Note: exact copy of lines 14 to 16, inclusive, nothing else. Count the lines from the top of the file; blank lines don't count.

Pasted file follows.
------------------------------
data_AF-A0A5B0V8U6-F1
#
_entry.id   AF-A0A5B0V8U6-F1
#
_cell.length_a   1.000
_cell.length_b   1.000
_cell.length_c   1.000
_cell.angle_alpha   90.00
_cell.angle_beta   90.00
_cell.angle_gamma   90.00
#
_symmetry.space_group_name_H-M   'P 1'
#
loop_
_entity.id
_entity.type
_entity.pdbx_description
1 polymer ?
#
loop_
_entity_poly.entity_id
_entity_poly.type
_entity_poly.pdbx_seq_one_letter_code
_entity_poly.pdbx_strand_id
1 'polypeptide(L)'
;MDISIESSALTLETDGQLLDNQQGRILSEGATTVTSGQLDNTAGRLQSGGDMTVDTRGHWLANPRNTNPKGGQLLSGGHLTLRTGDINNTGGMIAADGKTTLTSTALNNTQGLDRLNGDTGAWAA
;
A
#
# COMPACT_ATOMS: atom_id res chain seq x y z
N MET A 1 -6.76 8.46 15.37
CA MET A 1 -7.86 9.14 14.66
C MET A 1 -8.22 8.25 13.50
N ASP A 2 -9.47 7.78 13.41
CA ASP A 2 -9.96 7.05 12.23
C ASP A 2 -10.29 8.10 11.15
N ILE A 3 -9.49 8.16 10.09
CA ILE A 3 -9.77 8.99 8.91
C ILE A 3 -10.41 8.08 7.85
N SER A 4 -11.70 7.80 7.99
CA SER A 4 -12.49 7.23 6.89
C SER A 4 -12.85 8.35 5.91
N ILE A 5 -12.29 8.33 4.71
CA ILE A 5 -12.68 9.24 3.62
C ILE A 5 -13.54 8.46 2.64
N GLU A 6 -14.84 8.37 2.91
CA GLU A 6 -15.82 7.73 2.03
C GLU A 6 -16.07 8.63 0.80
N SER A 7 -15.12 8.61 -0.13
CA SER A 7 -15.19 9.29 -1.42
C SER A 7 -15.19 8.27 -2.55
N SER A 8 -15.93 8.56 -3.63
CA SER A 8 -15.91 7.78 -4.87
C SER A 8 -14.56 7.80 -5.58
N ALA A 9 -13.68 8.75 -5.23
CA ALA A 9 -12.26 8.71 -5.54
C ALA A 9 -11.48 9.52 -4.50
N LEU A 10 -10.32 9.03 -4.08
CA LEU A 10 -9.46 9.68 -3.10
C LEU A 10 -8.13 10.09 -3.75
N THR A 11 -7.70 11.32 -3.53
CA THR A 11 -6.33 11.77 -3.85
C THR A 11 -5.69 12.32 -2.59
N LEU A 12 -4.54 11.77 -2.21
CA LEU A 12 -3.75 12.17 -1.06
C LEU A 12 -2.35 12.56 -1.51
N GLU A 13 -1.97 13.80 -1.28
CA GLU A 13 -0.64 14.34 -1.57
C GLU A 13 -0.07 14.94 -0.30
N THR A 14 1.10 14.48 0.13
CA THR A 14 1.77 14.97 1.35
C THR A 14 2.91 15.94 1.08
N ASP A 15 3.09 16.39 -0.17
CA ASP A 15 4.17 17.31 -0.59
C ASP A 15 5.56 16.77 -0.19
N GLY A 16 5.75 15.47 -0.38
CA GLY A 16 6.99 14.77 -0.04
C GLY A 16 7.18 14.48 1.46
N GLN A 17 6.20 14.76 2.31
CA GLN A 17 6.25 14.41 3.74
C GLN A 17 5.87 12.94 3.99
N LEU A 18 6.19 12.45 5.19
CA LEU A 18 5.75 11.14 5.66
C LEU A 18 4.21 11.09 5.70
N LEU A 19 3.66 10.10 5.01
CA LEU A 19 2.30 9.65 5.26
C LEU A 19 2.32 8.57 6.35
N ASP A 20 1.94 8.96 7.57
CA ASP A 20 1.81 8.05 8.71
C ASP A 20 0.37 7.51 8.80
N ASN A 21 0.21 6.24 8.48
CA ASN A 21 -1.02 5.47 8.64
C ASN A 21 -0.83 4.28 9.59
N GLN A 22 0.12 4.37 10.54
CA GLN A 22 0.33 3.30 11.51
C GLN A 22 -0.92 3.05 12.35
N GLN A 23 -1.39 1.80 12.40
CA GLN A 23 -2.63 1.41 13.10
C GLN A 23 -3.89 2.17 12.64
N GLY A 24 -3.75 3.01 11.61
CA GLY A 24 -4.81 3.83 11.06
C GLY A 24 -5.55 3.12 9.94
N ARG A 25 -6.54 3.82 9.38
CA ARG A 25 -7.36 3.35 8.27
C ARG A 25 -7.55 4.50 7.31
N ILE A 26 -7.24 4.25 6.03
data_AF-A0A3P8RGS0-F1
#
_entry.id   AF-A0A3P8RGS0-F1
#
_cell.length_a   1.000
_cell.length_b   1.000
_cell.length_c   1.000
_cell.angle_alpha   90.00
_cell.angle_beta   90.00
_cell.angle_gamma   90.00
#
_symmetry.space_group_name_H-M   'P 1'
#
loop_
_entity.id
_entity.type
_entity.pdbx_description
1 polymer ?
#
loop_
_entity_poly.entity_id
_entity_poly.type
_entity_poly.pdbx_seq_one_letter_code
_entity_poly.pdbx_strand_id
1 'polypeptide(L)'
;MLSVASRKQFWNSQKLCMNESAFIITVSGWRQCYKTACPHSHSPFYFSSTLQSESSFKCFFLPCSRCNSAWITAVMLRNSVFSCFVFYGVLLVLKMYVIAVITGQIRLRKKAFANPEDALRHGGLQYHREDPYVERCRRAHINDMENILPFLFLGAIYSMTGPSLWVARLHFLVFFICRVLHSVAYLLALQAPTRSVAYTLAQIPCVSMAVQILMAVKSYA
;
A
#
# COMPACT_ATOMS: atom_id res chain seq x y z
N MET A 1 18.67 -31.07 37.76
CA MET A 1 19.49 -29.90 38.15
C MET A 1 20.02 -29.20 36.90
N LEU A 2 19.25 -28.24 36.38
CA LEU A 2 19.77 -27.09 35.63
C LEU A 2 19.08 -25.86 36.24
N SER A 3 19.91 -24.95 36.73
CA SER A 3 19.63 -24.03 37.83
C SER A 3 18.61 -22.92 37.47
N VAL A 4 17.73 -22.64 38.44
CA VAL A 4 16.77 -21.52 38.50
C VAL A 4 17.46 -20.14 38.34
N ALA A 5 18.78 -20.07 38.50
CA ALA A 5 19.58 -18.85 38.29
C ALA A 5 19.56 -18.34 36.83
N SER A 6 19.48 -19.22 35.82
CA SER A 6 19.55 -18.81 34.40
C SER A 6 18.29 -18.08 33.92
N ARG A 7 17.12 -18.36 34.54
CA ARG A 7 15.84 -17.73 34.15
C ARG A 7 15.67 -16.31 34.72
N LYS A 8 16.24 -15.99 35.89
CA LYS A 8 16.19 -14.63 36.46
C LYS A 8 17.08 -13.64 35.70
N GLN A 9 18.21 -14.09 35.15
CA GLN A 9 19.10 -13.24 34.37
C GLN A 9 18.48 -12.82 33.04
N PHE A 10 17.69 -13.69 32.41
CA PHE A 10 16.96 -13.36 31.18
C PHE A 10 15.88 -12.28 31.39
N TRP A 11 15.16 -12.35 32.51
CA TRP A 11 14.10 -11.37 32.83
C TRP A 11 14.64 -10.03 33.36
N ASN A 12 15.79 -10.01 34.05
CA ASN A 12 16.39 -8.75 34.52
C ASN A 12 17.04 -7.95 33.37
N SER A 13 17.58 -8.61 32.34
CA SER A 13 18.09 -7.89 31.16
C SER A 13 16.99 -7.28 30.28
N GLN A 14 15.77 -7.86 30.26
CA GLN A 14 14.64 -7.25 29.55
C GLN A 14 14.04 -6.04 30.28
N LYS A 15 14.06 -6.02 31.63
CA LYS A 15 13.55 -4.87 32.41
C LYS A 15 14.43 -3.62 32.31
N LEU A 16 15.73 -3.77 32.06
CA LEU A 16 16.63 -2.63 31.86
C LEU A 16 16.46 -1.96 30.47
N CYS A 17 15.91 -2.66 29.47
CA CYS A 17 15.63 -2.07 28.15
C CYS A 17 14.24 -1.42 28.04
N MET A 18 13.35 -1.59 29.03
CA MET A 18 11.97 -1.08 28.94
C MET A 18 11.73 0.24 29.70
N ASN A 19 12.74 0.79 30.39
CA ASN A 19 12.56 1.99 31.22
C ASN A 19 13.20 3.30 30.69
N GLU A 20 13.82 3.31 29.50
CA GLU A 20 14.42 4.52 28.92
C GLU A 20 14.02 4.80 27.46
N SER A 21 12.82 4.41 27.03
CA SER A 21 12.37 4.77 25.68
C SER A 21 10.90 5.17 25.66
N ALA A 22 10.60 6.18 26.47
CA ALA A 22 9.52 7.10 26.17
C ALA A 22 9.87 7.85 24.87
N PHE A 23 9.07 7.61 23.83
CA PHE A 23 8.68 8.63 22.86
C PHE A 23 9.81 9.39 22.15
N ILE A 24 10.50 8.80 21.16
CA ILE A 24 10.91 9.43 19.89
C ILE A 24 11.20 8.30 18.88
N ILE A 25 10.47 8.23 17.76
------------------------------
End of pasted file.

loop_
_entity.id
_entity.type